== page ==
- great mileage! 225miles... less than 2.5 gallons... you do the math ;)
- looks... i'm usually a function over form kind guy... but the wider tires, black frame/rims, and white/black/silver/yellow paint scheme gets alot of compliments, which is rare for a dual sport. here a link for factory pics for those of you that aren't keeping up with yamaha's sorry line of dual sports lol: http://www.yamaha-motor.com/products...y&cid=6&mid=10
WHAT I DIDN'T LIKE:

- no 6th gear... didn't like to cruise (comfortably) above 55mph... luckily first gear is rediculously low and I could easily get away with an extra tooth on the front sprocket - I'll I may even add two if it can hack it. Here in *South* Jersey most roads are two lane roads without ANY traffic or lights... and everyone drives 10-15mph over the speed limit - so 55mph makes you a road hazard. I'm sure it'll pull 65 with more gear.
- weak power - enough that it is still fun offroad and i never expected it to be fast so i can't say i am disappointed... just realistic and honest.
- fair suspension... it looks weak on paper... but honestly it isn't any worse than an *average* stock japanese dual-sport suspension. It could handle the rolling over whoops in third gear without bottoming. if spaced correctly, you could even pull the front tire and skim through them in 4th gear motorcross style if they were spaced JUST right. IF they weren't space right? well it would bottom out, overwhelm the suspension and let you know... but it never felt violent like I was going to hurt it. The only reason I file the suspension under 'dislikes' is because there really isn't a way to upgrade it without custom fabrication.
- small tank... 1.3gallon ouch! I mean that is still a 150 mile range offroad... and it keeps weight down... but that is tiny. No big deal... two bungie cords and a $1.95 gallon fuel tank strapped to the tail fixed that.
- no kickstarter... but hey, with 250 pounds and a small motor - it push starts like a dream.

WHAT I WOULDN'T USE IT FOR:
- high altitude (west coast) rides will probably make the motor feel even more inadequate. ouch. I'll try some east coast mountain rides this summer... I expect it'll fair well with the gearing set back to stock - but still not a powerhouse.
- motorcross or competition enduro riding styles... true to it's name - it's a trail bike and nothing more.
- high speed on-road touring or desert/dune/quarry running... I could only imagine it would be frustrating, between no power and a low speed suspension.

WHAT I WOULD USE IT FOR:
trail riding in tight woods conditions with alot of DEEP sand and/or mud good for those looking for a tax refund purchase price and maintenance/operations costs for less than the cost of a six pack of beer :) I never thought I could have so much fun on $3 of gas.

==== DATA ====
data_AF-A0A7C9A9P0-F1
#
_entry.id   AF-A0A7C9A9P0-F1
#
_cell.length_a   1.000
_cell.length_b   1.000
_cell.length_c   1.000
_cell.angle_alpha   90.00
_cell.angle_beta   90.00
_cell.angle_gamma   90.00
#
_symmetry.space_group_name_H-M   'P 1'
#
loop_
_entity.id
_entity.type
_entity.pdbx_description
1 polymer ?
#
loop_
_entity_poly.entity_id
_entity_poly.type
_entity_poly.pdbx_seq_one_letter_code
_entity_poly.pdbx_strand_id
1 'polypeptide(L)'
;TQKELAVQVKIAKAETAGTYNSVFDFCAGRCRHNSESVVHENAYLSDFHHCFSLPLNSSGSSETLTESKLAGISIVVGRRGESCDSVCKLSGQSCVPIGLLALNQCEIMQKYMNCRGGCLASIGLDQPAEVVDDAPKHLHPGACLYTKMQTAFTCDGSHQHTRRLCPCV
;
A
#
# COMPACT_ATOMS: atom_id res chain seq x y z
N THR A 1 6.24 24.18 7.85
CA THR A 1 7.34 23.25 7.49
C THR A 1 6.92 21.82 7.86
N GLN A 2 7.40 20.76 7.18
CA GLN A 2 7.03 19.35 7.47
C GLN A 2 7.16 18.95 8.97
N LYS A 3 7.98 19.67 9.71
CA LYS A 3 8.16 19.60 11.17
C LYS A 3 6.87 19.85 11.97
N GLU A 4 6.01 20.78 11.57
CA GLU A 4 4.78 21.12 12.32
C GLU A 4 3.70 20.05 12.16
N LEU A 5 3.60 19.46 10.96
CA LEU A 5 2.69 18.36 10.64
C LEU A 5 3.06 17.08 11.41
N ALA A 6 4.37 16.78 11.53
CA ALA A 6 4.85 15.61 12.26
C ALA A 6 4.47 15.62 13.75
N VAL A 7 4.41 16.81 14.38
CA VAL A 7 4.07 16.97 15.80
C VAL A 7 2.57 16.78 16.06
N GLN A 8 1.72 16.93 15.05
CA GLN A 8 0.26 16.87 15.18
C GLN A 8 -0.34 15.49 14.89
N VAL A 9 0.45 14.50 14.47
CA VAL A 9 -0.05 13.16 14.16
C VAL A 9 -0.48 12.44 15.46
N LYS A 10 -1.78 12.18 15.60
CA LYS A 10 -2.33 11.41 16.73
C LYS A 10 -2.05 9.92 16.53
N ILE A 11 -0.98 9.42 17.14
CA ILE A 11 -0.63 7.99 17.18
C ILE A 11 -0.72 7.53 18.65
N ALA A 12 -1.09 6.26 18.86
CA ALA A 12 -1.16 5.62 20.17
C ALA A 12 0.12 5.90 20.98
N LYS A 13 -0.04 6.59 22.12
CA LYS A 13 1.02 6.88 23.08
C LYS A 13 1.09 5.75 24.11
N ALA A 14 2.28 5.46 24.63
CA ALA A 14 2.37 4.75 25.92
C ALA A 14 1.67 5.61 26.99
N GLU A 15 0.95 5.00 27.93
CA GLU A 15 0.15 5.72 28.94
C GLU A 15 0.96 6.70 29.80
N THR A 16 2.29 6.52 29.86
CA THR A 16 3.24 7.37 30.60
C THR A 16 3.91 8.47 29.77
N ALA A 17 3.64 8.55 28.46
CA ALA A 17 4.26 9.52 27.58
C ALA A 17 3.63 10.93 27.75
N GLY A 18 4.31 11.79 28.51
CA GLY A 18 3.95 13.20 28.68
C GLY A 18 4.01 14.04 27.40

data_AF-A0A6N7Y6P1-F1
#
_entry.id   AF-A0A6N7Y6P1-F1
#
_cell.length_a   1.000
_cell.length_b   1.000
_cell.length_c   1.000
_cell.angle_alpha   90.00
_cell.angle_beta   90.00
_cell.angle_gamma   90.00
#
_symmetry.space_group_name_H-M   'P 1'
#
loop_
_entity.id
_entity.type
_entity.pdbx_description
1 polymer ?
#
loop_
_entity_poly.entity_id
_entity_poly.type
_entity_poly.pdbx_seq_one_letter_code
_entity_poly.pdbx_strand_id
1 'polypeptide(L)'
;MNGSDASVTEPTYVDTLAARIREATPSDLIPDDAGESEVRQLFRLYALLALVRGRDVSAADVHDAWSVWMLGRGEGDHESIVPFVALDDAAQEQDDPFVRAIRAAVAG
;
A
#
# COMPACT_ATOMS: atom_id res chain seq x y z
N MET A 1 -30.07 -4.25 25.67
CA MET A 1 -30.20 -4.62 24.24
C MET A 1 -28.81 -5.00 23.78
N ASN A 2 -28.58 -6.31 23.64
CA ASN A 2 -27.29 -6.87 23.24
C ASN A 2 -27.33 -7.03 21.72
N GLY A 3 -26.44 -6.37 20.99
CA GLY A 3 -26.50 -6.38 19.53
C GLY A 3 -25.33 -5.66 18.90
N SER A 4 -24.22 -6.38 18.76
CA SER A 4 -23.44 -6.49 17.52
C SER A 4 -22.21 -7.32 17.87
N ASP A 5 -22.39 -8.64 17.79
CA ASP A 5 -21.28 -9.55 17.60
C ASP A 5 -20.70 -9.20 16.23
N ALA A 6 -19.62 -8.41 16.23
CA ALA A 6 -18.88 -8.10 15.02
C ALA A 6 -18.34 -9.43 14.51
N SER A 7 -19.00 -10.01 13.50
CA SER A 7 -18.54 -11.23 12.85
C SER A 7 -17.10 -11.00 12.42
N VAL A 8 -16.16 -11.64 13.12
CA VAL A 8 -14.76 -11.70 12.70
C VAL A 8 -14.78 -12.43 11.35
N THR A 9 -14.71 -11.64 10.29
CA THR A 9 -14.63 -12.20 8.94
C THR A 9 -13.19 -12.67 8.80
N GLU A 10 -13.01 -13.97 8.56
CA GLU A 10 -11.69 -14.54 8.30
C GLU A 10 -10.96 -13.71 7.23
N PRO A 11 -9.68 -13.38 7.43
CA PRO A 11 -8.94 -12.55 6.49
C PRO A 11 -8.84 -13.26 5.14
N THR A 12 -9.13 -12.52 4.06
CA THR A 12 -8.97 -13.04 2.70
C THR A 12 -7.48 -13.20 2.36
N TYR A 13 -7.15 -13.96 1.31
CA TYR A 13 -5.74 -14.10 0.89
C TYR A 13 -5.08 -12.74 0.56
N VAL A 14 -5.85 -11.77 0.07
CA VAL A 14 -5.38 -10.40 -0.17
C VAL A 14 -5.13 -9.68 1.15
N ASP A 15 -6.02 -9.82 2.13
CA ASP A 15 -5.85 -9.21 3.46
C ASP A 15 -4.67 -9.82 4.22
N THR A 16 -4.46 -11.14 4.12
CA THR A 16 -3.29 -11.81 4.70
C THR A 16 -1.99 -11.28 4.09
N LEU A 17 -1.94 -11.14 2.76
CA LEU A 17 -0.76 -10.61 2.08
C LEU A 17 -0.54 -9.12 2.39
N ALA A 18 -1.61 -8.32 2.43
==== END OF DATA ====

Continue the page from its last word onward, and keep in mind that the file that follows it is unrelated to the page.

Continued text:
Needless to say I'm impressed. It is cheap thrills and reminds me why I started riding trail bikes in the first place. Considering what it cost me... it may be the first bike in years to have a permanent home here. If I do keep it for a few years and it gets worn out - you can bet I'll be using my race car fabrication skills to swap an enduro suspension and wedge a worked 350+cc engine in there... I love frankenstein contraptions :).

But for now the plan is an aftermarket rear luggage rack, soft saddle bags, a 1 tooth larger front sprocket, hand grip guards, a tank bag, and a FUN summer. I may even try using my hiking gear to go camping off of it for a weekend excursion or two.

GREG.


EDIT - the end product when I sold it:
90% offroad miles - owned it for 2 seasons





I bought it for about $2600? Put 2k offroad miles on it and then sold it on ebay for $2,400. The rack is from cycleracks.com very sturdy for ~$135 and the handguards are just repainted old Acerbis ones I had around.

The bike was best with +1 tooth in the front. I added a -3 tooth in the rear and it was way to sluggish. Sure it would regularly return 90+mpg and it now had a top speed of 75+, but it wasn't fun anymore. No wheelies, more clutch work, no wheel spin. Stick with only the +1!

I really enjoyed the bike and I would like to have kept it. Ultimately, I sold it to fund a 10k mile crosscountry sport touring trip. Definitely a worthwhile trade!

When I came home I bought a KLX300R with a bunch of suspension work and a street title. I decided I wanted to try enduro riding... the TW200 was a good time. But I needed more power, a 6th gear, and a suspension that didn't scream bloody murder when you hit whoops.